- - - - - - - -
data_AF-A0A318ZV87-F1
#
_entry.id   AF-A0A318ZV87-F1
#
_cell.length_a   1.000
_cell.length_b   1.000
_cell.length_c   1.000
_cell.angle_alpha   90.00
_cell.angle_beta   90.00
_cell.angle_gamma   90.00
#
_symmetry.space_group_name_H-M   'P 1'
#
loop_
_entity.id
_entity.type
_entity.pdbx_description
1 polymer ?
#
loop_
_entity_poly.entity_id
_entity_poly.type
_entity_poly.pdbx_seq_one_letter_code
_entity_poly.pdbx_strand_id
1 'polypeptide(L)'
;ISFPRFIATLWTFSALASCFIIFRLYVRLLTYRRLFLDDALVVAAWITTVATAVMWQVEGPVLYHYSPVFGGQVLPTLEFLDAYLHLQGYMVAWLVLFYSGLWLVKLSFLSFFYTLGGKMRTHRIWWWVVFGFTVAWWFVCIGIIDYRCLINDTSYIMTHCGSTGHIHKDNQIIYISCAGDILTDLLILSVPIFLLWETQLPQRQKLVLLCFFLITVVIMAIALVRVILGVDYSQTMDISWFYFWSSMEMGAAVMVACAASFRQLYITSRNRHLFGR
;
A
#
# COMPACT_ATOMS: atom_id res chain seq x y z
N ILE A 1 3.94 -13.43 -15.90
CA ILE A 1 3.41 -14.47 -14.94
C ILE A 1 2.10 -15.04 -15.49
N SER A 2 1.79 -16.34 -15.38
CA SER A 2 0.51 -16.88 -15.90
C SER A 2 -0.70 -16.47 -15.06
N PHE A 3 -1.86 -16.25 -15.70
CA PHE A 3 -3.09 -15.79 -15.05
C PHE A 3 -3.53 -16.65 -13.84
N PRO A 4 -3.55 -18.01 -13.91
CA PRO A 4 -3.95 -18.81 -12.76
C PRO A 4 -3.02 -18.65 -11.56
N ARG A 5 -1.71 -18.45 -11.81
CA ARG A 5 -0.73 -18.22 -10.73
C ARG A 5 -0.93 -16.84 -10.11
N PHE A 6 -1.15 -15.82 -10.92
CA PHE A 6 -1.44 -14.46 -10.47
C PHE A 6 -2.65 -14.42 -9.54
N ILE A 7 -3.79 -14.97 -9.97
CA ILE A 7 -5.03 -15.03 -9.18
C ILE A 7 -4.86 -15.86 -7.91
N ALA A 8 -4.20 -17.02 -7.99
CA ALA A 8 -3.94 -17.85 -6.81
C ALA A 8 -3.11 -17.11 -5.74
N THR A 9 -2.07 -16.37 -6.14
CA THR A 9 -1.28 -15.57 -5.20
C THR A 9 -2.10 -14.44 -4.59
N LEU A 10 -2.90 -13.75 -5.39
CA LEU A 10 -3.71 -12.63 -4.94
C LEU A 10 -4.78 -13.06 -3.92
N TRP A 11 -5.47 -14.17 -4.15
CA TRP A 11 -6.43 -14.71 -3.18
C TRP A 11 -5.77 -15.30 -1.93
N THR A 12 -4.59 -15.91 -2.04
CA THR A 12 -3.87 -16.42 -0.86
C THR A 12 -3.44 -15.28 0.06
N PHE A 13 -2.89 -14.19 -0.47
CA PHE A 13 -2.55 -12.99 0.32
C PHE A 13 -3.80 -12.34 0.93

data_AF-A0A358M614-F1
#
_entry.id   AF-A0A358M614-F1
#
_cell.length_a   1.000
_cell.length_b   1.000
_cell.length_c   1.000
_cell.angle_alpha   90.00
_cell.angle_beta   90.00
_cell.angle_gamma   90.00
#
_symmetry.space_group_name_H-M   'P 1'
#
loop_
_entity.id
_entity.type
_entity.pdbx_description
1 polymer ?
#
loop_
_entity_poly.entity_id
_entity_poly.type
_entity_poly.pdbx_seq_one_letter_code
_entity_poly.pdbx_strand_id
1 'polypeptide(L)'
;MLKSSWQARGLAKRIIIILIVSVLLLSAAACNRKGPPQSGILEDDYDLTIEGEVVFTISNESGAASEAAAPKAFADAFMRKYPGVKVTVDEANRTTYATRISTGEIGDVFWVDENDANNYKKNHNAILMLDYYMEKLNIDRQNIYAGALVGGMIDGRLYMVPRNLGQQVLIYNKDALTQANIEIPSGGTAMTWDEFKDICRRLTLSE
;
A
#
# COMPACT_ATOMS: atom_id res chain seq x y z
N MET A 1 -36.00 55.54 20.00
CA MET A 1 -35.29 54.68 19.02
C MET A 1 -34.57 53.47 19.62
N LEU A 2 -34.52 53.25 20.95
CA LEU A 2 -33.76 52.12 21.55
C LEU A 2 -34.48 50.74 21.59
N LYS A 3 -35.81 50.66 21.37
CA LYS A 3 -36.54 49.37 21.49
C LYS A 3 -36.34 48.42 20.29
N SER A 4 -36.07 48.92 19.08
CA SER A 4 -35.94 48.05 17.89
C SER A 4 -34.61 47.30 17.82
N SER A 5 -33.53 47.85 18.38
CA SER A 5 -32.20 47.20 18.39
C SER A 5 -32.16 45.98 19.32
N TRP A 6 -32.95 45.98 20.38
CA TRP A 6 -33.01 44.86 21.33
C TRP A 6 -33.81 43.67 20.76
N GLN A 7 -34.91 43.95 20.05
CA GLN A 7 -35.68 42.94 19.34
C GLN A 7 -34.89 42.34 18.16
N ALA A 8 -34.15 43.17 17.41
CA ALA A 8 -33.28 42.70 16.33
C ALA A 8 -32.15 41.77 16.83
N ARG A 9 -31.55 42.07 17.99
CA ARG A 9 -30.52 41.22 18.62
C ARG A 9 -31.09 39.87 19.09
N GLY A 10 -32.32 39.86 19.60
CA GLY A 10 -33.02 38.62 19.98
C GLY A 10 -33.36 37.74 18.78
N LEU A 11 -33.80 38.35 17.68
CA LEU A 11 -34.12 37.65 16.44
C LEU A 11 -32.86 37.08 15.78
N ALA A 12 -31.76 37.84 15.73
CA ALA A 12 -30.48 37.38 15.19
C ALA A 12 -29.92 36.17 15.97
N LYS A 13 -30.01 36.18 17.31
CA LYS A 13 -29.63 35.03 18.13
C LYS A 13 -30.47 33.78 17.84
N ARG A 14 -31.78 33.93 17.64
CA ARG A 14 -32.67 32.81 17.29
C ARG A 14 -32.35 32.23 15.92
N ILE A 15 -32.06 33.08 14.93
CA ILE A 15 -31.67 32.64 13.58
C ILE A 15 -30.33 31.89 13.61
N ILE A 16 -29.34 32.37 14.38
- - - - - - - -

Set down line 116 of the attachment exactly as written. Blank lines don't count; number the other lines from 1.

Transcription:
CA TRP A 6 -33.01 44.86 21.33